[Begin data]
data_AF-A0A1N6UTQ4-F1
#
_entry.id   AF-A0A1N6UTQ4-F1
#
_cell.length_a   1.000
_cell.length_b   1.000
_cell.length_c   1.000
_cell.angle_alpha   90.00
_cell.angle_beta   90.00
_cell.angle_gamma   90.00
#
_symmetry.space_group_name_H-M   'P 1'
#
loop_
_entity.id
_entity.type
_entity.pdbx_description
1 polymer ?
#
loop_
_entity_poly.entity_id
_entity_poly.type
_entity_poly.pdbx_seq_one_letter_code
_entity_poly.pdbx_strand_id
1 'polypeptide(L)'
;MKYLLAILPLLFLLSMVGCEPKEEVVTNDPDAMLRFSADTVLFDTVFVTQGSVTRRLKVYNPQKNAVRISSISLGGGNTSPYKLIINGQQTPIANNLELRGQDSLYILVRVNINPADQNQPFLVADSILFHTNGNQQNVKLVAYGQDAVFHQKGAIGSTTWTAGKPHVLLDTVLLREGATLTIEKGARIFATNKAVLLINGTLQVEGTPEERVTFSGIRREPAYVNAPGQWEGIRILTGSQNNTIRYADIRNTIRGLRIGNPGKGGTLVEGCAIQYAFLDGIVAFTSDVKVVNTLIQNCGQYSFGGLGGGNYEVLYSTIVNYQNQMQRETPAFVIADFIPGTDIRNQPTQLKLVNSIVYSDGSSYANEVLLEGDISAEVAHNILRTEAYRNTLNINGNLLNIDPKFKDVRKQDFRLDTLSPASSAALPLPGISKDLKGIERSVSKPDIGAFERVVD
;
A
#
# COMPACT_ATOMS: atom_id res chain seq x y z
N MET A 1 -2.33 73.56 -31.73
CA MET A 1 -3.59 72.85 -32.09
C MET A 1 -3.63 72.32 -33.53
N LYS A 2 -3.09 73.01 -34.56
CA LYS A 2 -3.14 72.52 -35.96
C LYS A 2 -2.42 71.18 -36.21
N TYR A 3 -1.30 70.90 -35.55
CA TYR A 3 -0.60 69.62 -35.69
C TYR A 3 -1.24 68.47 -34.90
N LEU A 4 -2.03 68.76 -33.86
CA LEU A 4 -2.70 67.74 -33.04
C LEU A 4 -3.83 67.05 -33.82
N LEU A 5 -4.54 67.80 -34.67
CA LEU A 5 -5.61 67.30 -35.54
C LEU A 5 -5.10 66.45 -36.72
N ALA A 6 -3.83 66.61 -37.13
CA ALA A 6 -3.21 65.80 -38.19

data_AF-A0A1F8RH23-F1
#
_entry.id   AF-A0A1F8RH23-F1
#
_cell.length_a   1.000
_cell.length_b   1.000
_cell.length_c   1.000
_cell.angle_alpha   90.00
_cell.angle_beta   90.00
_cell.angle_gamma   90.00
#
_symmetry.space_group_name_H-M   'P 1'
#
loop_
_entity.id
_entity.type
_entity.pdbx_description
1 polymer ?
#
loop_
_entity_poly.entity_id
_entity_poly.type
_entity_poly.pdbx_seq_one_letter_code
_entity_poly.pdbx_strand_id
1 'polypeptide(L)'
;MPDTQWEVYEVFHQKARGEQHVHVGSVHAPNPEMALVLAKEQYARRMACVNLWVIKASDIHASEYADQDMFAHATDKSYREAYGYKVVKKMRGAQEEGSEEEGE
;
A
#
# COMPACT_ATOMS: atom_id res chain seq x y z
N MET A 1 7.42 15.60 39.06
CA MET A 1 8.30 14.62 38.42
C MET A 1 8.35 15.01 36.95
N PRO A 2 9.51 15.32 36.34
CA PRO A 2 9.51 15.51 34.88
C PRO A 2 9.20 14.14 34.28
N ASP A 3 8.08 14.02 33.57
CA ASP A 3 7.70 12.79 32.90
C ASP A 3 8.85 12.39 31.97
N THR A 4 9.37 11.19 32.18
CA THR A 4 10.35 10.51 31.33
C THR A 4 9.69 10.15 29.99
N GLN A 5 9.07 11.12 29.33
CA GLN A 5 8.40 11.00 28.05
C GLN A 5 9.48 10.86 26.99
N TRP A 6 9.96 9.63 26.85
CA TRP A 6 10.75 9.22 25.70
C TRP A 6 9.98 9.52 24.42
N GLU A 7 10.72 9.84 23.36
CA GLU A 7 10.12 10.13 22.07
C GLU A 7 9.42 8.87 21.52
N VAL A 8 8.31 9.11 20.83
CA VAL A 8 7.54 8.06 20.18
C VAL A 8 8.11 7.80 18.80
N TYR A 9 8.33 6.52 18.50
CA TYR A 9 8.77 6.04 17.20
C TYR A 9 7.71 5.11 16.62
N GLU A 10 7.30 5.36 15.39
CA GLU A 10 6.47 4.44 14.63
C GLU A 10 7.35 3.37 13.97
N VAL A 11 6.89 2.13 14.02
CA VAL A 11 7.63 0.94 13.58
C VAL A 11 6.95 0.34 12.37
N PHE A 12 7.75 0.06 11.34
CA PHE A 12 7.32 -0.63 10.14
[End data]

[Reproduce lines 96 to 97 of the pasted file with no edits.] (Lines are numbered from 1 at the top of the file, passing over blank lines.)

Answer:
N GLU A 7 10.72 9.84 23.36
CA GLU A 7 10.12 10.13 22.07